15
Nov
2016
19:20 PM

DNC Bernie Sanders Emails

Wikileaks has provided people like myself with an abundance of material to download, analyze, visualize, and ultimately to share insights on the behaviors of the elites, in this case the emails from the Democratic National Committee or DNC. Using this data source, we have the ability to mine specific aspects of the entire dataset using a simple search term on the Wikileaks site. For this post, and the accompanying visualizations, I have chosen to examine the DNC's treatment of Bernie Sanders, who materialized into a serious contender for the Democratic nomination.

It was revealed through many of these emails that the DNC was consciously favoring Hillary Clinton over the upstart Sanders. In this post, I will examine the linkages between both insiders at the DNC and outside contacts such as reporters and campaign personnel. To do this, I'll employ Gephi, the open source network analysis tool, followed by Sigma.js for visualizing the final networks on the web. The initial goal will be to understand the relationships in the network, using a variety of analytic measures such as centrality, modularity, connected components, and degrees. Using these measures, we will be able to better understand how data flowed both into and out of the DNC via the email channel.

What we'll wind up with is essentially a meta-view of the DNC's email activities. Our initial pass at the data using network analysis will not focus on the content of the emails; for that, we'll do some subsequent text mining to help us understand both the content and tone of the email exchanges. I hope to be able to tie these two pieces together, so that we may ultimately understand who was saying what about Sanders, and who it was being communicated to. Let's get started with the network analysis by providing some background on the graph statistics to be employed.

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07
Nov
2016
21:50 PM

Wikileaks and the Podesta Emails

Thank goodness for Julian Assange and Wikileaks, as well as the others who have dared fight the established political forces in this country. Thanks to their efforts, the veil has been lifted and we can all see how manipulative and crooked these folks are as they do their level best to fleece the average citizen and make themselves wealthy beyond their wildest dreams. So it is with Hillary Clinton in the 2016 campaign, as the recent hacks of the John Podesta emails have confirmed. For full details, you can start here: https://wikileaks.org/podesta-emails/.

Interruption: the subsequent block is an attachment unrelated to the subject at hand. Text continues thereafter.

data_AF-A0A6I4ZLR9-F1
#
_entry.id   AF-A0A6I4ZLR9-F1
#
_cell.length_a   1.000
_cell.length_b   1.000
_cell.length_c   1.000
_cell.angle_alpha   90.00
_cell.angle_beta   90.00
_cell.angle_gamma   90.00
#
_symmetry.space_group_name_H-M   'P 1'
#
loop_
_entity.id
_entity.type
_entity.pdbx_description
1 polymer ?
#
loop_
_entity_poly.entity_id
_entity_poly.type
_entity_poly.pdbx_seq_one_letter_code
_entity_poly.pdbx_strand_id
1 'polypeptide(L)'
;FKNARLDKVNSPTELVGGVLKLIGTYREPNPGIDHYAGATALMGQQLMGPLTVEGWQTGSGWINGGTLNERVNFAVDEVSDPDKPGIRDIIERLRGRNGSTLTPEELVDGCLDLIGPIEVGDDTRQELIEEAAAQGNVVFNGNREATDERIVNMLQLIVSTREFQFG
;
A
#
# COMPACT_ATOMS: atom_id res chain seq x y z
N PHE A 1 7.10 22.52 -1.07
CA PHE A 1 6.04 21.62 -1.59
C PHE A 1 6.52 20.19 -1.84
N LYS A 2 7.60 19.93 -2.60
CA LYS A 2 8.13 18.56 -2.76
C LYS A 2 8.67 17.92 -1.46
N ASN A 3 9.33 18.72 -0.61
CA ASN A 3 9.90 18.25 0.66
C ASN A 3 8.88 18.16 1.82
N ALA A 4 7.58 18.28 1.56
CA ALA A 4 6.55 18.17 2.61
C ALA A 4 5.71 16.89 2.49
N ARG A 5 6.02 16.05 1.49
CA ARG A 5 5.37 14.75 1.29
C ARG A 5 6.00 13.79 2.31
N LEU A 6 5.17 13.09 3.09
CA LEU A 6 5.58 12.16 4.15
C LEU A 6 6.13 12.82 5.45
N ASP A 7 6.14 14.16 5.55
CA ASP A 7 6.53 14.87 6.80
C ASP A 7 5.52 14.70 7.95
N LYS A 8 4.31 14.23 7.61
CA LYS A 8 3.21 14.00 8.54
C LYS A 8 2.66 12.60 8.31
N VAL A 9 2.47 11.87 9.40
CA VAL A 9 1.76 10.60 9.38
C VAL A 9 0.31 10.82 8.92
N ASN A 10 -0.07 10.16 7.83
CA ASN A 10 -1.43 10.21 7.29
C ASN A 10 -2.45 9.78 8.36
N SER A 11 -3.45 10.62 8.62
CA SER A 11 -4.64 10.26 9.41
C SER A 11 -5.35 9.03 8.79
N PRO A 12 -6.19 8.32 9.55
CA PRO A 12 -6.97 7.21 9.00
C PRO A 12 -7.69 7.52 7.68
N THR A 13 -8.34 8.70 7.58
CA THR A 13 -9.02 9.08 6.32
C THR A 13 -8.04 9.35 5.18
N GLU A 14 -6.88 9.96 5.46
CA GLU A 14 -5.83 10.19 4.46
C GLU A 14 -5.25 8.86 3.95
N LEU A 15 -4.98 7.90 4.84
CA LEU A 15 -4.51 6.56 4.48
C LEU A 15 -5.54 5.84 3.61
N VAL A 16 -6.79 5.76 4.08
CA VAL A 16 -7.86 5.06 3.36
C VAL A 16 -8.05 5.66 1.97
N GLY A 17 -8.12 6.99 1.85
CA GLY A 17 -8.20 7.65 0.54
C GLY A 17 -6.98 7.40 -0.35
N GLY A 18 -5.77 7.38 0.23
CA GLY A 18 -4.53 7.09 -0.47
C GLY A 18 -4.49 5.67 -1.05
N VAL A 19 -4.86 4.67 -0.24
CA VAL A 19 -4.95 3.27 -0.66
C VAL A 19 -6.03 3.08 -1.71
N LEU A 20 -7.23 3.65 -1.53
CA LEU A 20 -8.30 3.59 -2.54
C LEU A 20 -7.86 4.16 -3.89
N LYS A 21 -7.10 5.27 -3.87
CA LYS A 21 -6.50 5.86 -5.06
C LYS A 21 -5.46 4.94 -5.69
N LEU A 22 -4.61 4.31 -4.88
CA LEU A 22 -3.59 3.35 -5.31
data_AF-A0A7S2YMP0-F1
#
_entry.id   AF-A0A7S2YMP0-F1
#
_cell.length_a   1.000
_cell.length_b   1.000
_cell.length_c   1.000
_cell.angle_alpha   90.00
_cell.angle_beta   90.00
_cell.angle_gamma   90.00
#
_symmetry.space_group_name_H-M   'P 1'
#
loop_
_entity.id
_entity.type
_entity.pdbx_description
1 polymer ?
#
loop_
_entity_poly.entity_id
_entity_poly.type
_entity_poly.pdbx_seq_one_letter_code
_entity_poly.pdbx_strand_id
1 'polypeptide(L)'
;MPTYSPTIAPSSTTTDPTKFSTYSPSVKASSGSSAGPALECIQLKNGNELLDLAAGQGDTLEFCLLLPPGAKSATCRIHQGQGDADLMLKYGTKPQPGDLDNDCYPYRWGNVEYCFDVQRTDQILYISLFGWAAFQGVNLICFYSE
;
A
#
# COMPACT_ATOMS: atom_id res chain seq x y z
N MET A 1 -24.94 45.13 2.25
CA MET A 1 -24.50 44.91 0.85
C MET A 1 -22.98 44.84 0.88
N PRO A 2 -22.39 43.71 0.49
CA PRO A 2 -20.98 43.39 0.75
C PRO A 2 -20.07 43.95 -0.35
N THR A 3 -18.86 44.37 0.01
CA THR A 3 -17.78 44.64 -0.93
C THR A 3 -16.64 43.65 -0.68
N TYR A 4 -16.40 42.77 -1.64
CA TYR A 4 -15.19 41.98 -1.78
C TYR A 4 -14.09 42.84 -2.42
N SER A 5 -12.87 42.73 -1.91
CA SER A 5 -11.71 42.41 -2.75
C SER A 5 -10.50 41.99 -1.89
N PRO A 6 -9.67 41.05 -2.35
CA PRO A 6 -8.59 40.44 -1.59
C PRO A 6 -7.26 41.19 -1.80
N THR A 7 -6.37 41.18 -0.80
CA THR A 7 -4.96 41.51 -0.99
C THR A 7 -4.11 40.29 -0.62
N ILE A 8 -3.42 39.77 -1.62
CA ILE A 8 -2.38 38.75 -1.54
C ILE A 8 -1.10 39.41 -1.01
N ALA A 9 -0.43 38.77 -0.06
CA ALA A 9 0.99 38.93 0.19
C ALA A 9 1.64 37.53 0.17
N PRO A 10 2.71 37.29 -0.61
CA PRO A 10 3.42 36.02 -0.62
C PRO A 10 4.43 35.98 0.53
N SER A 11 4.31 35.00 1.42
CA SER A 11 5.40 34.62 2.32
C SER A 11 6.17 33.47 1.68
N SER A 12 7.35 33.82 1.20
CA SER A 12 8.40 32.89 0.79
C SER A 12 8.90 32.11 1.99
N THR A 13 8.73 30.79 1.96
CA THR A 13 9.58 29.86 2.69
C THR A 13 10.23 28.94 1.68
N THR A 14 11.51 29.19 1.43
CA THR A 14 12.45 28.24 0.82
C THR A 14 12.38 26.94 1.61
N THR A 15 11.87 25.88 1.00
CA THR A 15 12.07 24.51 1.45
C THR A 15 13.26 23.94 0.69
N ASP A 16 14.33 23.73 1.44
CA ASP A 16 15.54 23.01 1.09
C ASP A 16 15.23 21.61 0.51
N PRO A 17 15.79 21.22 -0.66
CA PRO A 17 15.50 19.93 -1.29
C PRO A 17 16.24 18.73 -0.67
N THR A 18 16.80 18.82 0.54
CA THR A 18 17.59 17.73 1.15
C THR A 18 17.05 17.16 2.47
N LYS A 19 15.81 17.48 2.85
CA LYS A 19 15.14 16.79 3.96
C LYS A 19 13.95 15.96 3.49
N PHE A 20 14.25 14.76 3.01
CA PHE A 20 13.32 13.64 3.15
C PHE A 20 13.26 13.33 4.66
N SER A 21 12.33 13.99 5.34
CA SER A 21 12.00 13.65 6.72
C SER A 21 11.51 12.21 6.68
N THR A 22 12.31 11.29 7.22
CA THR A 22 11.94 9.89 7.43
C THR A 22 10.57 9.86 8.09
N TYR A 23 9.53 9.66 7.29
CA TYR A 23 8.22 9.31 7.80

Podesta, Hillary Clinton's campaign manager and a long-time associate of the Clintons has been exposed as a master manipulator, working with many others behind the scenes to tilt the campaign in Clinton's favor. Thanks to Wikileaks, we can see very clearly the efforts of a host of players to do everything in their power to discredit Bernie Sanders and Donald Trump in an effort to put their candidate in the White House. The individual emails lay bare the machinations of the Democratic National Committee in scurrilous detail, and make for entertaining reading. Of course, many of Hillary Clinton's supporters will dismiss any notions of wrongdoing courtesy of the rather pathetic pronouncements of FBI Director Comey, but the evidence is plentiful, regardless of the FBI's "official" position.

In this post, I'll take a network graph view of the players involved, using data from the http://gdeltproject.org. This will help shed light on the primary participants, how they interrelate, and who the "targets" of their mischief are. At some point, I'll also work up a text analysis of the email content, but that's for another post.

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25
Oct
2016
20:06 PM

Visualizing CEPA Education Data, Part 2